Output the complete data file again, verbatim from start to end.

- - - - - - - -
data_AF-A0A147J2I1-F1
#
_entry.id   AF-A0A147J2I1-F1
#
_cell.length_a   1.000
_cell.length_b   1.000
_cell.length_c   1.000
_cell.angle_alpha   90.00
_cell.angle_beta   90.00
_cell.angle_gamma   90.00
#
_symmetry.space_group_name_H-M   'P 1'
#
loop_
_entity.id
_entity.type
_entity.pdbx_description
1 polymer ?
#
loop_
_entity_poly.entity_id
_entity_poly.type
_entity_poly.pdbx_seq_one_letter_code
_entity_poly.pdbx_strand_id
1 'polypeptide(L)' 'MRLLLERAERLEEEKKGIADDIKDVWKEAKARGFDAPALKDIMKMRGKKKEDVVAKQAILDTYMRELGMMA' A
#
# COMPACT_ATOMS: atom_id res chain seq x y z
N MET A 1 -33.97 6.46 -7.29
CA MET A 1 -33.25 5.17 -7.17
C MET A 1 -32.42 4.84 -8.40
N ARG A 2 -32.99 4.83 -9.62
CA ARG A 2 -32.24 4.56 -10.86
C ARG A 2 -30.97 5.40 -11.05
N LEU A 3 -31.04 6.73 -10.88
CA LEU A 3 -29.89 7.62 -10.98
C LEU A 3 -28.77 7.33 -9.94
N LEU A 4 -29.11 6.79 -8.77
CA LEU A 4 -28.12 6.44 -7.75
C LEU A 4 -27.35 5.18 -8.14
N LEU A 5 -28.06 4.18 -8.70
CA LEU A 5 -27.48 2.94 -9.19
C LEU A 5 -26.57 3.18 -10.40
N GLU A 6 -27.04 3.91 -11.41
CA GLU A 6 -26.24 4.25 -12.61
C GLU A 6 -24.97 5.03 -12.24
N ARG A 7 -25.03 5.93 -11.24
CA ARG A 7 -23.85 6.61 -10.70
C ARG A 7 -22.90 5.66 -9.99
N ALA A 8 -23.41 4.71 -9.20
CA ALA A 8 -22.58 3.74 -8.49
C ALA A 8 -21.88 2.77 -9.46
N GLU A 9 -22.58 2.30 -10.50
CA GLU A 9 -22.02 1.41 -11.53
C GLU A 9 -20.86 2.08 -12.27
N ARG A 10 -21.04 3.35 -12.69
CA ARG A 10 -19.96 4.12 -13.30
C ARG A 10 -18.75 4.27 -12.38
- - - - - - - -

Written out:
data_AF-A0A147J2I1-F1
#
_entry.id   AF-A0A147J2I1-F1
#
_cell.length_a   1.000
_cell.length_b   1.000
_cell.length_c   1.000
_cell.angle_alpha   90.00
_cell.angle_beta   90.00
_cell.angle_gamma   90.00
#
_symmetry.space_group_name_H-M   'P 1'
#
loop_
_entity.id
_entity.type
_entity.pdbx_description
1 polymer ?
#
loop_
_entity_poly.entity_id
_entity_poly.type
_entity_poly.pdbx_seq_one_letter_code
_entity_poly.pdbx_strand_id
1 'polypeptide(L)' 'MRLLLERAERLEEEKKGIADDIKDVWKEAKARGFDAPALKDIMKMRGKKKEDVVAKQAILDTYMRELGMMA' A
#
# COMPACT_ATOMS: atom_id res chain seq x y z
N MET A 1 -33.97 6.46 -7.29
CA MET A 1 -33.25 5.17 -7.17
C MET A 1 -32.42 4.84 -8.40
N ARG A 2 -32.99 4.83 -9.62
CA ARG A 2 -32.24 4.56 -10.86
C ARG A 2 -30.97 5.40 -11.05
N LEU A 3 -31.04 6.73 -10.88
CA LEU A 3 -29.89 7.62 -10.98
C LEU A 3 -28.77 7.33 -9.94
N LEU A 4 -29.11 6.79 -8.77
CA LEU A 4 -28.12 6.44 -7.75
C LEU A 4 -27.35 5.18 -8.14
N LEU A 5 -28.06 4.18 -8.70
CA LEU A 5 -27.48 2.94 -9.19
C LEU A 5 -26.57 3.18 -10.40
N GLU A 6 -27.04 3.91 -11.41
CA GLU A 6 -26.24 4.25 -12.61
C GLU A 6 -24.97 5.03 -12.24
N ARG A 7 -25.03 5.93 -11.24
CA ARG A 7 -23.85 6.61 -10.70
C ARG A 7 -22.90 5.66 -9.99
N ALA A 8 -23.41 4.71 -9.20
CA ALA A 8 -22.58 3.74 -8.49
C ALA A 8 -21.88 2.77 -9.46
N GLU A 9 -22.58 2.30 -10.50
CA GLU A 9 -22.02 1.41 -11.53
C GLU A 9 -20.86 2.08 -12.27
N ARG A 10 -21.04 3.35 -12.69
CA ARG A 10 -19.96 4.12 -13.30
C ARG A 10 -18.75 4.27 -12.38